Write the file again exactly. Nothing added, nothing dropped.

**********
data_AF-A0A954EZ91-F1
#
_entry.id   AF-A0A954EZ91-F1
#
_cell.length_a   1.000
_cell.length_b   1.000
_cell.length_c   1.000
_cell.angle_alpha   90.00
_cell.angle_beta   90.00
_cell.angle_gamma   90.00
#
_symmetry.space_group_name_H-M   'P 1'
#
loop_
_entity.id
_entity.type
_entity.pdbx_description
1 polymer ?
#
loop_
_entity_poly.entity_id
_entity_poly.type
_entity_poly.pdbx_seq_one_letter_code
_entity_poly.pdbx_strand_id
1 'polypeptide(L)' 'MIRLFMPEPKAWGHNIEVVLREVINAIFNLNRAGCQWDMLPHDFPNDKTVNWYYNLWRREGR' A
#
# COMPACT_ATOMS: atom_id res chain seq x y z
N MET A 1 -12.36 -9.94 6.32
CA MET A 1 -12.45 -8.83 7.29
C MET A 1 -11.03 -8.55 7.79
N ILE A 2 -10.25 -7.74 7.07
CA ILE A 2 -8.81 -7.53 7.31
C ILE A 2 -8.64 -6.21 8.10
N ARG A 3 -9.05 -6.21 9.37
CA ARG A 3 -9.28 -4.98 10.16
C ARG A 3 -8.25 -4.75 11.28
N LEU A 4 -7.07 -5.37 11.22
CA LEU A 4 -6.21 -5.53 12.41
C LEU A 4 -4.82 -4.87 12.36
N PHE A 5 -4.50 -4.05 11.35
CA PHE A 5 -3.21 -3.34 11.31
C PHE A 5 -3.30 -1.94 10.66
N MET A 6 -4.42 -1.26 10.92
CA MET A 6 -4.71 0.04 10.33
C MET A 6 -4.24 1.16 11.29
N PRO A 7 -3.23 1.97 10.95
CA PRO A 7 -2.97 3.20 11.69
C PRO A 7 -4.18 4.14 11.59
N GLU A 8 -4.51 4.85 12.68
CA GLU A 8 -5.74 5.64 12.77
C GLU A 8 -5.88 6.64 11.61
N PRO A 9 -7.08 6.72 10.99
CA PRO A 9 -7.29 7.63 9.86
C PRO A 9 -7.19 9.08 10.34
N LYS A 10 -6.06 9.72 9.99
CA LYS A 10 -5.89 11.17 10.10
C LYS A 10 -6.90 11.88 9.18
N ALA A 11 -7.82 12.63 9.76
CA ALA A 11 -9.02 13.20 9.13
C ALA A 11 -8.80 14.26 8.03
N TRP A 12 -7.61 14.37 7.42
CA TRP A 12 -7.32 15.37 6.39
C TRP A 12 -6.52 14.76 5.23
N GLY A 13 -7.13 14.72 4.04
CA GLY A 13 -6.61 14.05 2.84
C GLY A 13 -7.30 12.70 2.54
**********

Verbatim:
data_AF-A0A954EZ91-F1
#
_entry.id   AF-A0A954EZ91-F1
#
_cell.length_a   1.000
_cell.length_b   1.000
_cell.length_c   1.000
_cell.angle_alpha   90.00
_cell.angle_beta   90.00
_cell.angle_gamma   90.00
#
_symmetry.space_group_name_H-M   'P 1'
#
loop_
_entity.id
_entity.type
_entity.pdbx_description
1 polymer ?
#
loop_
_entity_poly.entity_id
_entity_poly.type
_entity_poly.pdbx_seq_one_letter_code
_entity_poly.pdbx_strand_id
1 'polypeptide(L)' 'MIRLFMPEPKAWGHNIEVVLREVINAIFNLNRAGCQWDMLPHDFPNDKTVNWYYNLWRREGR' A
#
# COMPACT_ATOMS: atom_id res chain seq x y z
N MET A 1 -12.36 -9.94 6.32
CA MET A 1 -12.45 -8.83 7.29
C MET A 1 -11.03 -8.55 7.79
N ILE A 2 -10.25 -7.74 7.07
CA ILE A 2 -8.81 -7.53 7.31
C ILE A 2 -8.64 -6.21 8.10
N ARG A 3 -9.05 -6.21 9.37
CA ARG A 3 -9.28 -4.98 10.16
C ARG A 3 -8.25 -4.75 11.28
N LEU A 4 -7.07 -5.37 11.22
CA LEU A 4 -6.21 -5.53 12.41
C LEU A 4 -4.82 -4.87 12.36
N PHE A 5 -4.50 -4.05 11.35
CA PHE A 5 -3.21 -3.34 11.31
C PHE A 5 -3.30 -1.94 10.66
N MET A 6 -4.42 -1.26 10.92
CA MET A 6 -4.71 0.04 10.33
C MET A 6 -4.24 1.16 11.29
N PRO A 7 -3.23 1.97 10.95
CA PRO A 7 -2.97 3.20 11.69
C PRO A 7 -4.18 4.14 11.59
N GLU A 8 -4.51 4.85 12.68
CA GLU A 8 -5.74 5.64 12.77
C GLU A 8 -5.88 6.64 11.61
N PRO A 9 -7.08 6.72 10.99
CA PRO A 9 -7.29 7.63 9.86
C PRO A 9 -7.19 9.08 10.34
N LYS A 10 -6.06 9.72 9.99
CA LYS A 10 -5.89 11.17 10.10
C LYS A 10 -6.90 11.88 9.18
N ALA A 11 -7.82 12.63 9.76
CA ALA A 11 -9.02 13.20 9.13
C ALA A 11 -8.80 14.26 8.03
N TRP A 12 -7.61 14.37 7.42
CA TRP A 12 -7.32 15.37 6.39
C TRP A 12 -6.52 14.76 5.23
N GLY A 13 -7.13 14.72 4.04
CA GLY A 13 -6.61 14.05 2.84
C GLY A 13 -7.30 12.70 2.54